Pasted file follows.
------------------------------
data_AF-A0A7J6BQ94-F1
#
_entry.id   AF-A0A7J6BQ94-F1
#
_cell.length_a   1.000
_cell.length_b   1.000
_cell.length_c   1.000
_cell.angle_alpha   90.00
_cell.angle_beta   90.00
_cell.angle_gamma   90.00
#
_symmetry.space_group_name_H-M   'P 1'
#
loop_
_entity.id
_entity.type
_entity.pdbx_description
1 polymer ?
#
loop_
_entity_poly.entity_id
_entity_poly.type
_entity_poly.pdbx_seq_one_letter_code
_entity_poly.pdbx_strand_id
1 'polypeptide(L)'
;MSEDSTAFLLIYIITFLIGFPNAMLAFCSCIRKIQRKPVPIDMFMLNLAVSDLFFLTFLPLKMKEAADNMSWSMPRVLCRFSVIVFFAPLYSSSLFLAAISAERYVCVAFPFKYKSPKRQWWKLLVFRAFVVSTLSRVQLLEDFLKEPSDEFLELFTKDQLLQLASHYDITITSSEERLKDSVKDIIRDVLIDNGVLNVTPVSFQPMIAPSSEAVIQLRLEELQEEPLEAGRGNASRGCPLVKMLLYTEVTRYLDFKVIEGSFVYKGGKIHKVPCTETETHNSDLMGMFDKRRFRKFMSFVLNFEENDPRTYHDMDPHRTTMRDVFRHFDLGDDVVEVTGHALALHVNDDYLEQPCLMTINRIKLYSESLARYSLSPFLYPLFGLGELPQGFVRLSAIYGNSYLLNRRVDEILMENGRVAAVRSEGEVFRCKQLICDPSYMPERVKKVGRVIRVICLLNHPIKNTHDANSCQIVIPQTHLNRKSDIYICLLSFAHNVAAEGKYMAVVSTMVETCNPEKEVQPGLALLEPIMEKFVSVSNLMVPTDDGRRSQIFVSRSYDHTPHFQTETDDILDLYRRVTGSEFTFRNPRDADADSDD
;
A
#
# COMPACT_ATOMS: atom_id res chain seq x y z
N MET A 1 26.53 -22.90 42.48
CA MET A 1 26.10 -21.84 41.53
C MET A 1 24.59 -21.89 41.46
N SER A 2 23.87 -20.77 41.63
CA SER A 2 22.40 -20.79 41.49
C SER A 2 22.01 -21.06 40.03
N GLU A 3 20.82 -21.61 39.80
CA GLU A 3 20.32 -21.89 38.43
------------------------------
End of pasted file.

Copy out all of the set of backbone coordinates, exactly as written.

data_AF-A0A7J6BQ94-F1
#
_entry.id   AF-A0A7J6BQ94-F1
#
_cell.length_a   1.000
_cell.length_b   1.000
_cell.length_c   1.000
_cell.angle_alpha   90.00
_cell.angle_beta   90.00
_cell.angle_gamma   90.00
#
_symmetry.space_group_name_H-M   'P 1'
#
loop_
_entity.id
_entity.type
_entity.pdbx_description
1 polymer ?
#
loop_
_entity_poly.entity_id
_entity_poly.type
_entity_poly.pdbx_seq_one_letter_code
_entity_poly.pdbx_strand_id
1 'polypeptide(L)'
;MSEDSTAFLLIYIITFLIGFPNAMLAFCSCIRKIQRKPVPIDMFMLNLAVSDLFFLTFLPLKMKEAADNMSWSMPRVLCRFSVIVFFAPLYSSSLFLAAISAERYVCVAFPFKYKSPKRQWWKLLVFRAFVVSTLSRVQLLEDFLKEPSDEFLELFTKDQLLQLASHYDITITSSEERLKDSVKDIIRDVLIDNGVLNVTPVSFQPMIAPSSEAVIQLRLEELQEEPLEAGRGNASRGCPLVKMLLYTEVTRYLDFKVIEGSFVYKGGKIHKVPCTETETHNSDLMGMFDKRRFRKFMSFVLNFEENDPRTYHDMDPHRTTMRDVFRHFDLGDDVVEVTGHALALHVNDDYLEQPCLMTINRIKLYSESLARYSLSPFLYPLFGLGELPQGFVRLSAIYGNSYLLNRRVDEILMENGRVAAVRSEGEVFRCKQLICDPSYMPERVKKVGRVIRVICLLNHPIKNTHDANSCQIVIPQTHLNRKSDIYICLLSFAHNVAAEGKYMAVVSTMVETCNPEKEVQPGLALLEPIMEKFVSVSNLMVPTDDGRRSQIFVSRSYDHTPHFQTETDDILDLYRRVTGSEFTFRNPRDADADSDD
;
A
#
# COMPACT_ATOMS: atom_id res chain seq x y z
N MET A 1 26.53 -22.90 42.48
CA MET A 1 26.10 -21.84 41.53
C MET A 1 24.59 -21.89 41.46
N SER A 2 23.87 -20.77 41.63
CA SER A 2 22.40 -20.79 41.49
C SER A 2 22.01 -21.06 40.03
N GLU A 3 20.82 -21.61 39.80
CA GLU A 3 20.32 -21.89 38.43